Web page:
Process of brewing Japanese sake

1. Polishing rice

This operation is to sharpen (polish) the whole rice, the main ingredient of sake.
Proteins and fatty acids in the layer surrounding of brown rice are diminished by polishing because too much gives a varied taste that influences the taste and flavor of sake.
The polishing ratio is called the polishing rate of the rice, and it is said, for example, that polishing at 30% of the whole rice yields a polishing rate of 70%.
Depending on the polishing rate and ingredients, sake is classified into the following categories.

2. Washing rice

* The picture above shows the cleaning method using an air mixing water jet pump. 


This is the stage where we wash the rice that has been polished.
Thanks to this work, the bran and dust that cover the surface of rice are removed. It is an operation to which one must pay careful attention, important enough to be referred as “second polishing”.
The washing process, especially by machine or manually using a dish rack or bag, differs depending on the breweries and produced sake.

3. Soaking rice

After cleaning, water is absorbed in rice for a fixed period of time.
The soaking time varies according to the variety of rice, the state of the harvest different from year to year, the rate of polishing, and the targeted quality of sake. Rice that has been bleached to a high degree, absorbs water fast, so we control soaking to the nearest second with a stopwatch (limited water absorption).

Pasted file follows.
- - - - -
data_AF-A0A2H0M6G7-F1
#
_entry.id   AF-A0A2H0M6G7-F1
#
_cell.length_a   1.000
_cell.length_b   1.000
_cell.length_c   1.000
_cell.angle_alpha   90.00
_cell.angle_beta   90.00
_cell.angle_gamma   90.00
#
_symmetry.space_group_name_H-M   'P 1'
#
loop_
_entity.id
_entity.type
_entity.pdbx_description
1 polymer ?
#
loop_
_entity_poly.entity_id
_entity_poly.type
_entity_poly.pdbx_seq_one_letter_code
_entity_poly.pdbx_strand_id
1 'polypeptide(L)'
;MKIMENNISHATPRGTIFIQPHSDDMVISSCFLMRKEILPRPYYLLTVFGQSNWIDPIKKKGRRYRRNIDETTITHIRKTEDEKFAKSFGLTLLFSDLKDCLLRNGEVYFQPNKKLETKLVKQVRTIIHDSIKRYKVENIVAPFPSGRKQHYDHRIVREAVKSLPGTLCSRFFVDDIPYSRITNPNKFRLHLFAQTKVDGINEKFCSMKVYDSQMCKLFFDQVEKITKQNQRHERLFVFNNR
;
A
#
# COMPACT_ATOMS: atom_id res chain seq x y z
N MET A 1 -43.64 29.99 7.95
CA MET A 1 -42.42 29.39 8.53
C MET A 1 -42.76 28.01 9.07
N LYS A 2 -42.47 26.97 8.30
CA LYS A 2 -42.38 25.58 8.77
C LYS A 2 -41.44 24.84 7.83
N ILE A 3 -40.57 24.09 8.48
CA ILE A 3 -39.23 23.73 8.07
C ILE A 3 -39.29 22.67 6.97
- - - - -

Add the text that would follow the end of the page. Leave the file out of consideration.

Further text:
After soaking, draining is done, and steaming is prepared for the next day.

4. Steaming rice

This operation comes after cleaning and soaking rice.
It takes approximately one hour.
As a steamer, the traditional instrument, koshiki, or the latest continuous steaming machine is used; some brewers place a lot of importance on these facilities.
The steamed rice is mixed with malt, yeast mash and main fermenting mash. It is let cool to the appropriate temperature for each stage (cooling).  

5. Preparation of malt

This is the stage where we prepare malted rice that changes starch contained in rice into sugar (kome-koji) . This takes place in a high temperature and high humid space (30℃) that the we call room for koji (koji muro).
The work involves sprinkling seed malt (spore of yeast cell, known as bean sprouts) over the horizontally spread steamed rice, unraveling the rice so that seed malt spreads uniformly and fermenting with wrapped in a sheet of cloth.
Then, to ferment it for two days under the control of rice temperature lets yeast cell increase in steamed rice and it becomes malt finally.
Some brewers are starting to use automatic processing machines that can reduce labor and get malt in a consistent quality.